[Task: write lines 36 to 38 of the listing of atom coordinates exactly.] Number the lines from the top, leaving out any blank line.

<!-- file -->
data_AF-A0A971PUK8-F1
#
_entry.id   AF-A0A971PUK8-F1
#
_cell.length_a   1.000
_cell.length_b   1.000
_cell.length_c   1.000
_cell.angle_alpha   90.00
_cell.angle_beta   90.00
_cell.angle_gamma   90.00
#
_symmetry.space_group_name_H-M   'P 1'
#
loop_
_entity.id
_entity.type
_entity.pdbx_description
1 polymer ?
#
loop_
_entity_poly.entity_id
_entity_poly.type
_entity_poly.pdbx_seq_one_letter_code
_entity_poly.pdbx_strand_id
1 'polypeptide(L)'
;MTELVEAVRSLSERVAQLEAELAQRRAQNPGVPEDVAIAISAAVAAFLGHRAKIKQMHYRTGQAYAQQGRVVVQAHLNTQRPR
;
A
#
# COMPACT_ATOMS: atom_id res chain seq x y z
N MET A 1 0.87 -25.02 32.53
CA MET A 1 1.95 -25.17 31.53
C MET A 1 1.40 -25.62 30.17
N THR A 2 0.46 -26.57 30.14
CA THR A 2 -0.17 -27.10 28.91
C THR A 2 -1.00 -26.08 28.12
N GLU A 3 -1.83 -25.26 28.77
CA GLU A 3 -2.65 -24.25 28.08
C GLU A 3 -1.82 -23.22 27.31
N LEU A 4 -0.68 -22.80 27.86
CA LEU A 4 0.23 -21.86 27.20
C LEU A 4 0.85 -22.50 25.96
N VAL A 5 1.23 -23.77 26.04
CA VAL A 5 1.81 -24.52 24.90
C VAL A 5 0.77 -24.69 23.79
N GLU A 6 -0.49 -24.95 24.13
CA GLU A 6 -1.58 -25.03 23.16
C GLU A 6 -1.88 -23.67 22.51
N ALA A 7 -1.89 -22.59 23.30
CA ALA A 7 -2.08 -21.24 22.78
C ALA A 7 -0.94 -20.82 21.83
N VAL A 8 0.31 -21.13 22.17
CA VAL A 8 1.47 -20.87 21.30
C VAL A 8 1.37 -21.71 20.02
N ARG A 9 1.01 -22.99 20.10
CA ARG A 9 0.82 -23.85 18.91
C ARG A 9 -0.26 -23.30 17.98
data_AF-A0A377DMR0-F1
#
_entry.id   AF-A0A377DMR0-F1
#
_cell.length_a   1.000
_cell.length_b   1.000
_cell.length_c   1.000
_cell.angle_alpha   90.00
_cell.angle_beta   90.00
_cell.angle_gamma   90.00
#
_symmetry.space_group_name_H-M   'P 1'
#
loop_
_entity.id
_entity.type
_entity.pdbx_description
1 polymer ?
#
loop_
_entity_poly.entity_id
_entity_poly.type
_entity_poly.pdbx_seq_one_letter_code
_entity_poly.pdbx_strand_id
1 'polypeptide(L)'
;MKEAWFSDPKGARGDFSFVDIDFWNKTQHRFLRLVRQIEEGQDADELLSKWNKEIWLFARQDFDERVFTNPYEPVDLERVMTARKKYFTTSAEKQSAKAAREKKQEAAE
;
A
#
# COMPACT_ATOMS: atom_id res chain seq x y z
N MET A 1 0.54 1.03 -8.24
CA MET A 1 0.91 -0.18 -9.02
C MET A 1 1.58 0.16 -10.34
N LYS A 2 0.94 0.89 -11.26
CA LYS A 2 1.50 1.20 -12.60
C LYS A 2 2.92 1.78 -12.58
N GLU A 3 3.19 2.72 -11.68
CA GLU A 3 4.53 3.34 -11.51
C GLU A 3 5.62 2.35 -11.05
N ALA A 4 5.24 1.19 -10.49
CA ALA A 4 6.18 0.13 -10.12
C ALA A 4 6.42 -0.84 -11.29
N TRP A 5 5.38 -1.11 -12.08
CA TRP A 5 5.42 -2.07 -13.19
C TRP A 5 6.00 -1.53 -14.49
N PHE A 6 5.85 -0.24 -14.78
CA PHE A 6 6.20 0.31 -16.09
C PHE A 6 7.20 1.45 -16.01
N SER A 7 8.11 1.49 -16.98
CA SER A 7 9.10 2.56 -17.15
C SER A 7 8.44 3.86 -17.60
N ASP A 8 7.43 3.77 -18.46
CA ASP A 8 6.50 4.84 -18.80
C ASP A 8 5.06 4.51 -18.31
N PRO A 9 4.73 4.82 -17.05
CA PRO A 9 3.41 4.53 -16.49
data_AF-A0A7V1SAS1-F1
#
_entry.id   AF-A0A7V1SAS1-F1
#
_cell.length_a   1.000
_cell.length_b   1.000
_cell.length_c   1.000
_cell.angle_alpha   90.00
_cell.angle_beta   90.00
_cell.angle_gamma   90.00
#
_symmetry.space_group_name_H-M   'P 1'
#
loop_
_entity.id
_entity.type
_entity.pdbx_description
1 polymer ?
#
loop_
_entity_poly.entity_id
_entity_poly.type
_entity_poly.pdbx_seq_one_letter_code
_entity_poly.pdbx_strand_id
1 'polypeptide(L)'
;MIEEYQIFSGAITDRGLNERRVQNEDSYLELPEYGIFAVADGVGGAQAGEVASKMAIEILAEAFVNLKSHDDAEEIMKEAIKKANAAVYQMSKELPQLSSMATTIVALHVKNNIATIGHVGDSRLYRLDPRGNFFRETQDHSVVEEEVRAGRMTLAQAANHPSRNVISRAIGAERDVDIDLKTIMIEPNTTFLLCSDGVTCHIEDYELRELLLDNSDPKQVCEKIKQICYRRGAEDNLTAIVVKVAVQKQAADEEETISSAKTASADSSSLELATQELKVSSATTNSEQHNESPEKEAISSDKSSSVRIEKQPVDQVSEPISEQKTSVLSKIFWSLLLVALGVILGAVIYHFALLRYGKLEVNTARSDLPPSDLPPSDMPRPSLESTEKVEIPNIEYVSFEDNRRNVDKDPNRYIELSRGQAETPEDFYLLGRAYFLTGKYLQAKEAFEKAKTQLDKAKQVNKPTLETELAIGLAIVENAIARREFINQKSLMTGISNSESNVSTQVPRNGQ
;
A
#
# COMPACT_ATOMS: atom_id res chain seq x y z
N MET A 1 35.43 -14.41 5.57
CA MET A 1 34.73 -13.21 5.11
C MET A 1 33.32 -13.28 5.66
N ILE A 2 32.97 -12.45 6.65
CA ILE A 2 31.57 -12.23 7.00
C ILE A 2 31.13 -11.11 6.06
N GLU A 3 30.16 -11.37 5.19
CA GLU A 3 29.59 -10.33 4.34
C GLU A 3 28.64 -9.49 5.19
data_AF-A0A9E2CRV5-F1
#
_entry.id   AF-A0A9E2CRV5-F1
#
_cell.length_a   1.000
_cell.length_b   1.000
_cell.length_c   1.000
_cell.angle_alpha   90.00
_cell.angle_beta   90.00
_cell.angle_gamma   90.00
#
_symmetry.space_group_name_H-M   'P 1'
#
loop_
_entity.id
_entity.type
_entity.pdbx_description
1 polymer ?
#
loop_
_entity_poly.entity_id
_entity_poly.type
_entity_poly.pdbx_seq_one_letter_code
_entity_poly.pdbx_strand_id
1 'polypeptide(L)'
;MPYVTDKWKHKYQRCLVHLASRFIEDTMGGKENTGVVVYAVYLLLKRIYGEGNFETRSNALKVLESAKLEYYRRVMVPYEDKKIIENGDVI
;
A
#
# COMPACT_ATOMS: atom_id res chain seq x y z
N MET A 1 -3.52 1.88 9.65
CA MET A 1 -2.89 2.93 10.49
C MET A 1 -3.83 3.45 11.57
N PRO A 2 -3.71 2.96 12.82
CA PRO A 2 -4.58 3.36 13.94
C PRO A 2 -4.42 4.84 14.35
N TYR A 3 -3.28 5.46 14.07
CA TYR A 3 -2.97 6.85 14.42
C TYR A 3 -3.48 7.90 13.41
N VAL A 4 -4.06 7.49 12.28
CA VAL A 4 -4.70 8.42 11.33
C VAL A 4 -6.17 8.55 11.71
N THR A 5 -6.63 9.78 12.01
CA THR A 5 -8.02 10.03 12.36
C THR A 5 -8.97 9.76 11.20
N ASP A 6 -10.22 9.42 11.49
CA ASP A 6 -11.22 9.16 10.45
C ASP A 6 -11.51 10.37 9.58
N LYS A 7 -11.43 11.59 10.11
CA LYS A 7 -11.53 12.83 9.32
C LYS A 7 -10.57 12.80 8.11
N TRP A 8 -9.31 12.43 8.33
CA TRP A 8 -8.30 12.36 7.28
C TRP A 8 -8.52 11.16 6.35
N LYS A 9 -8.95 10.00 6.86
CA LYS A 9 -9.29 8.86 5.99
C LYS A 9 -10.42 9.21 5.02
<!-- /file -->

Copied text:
C THR A 2 -1.00 -26.08 28.12
N GLU A 3 -1.83 -25.26 28.77
CA GLU A 3 -2.65 -24.25 28.08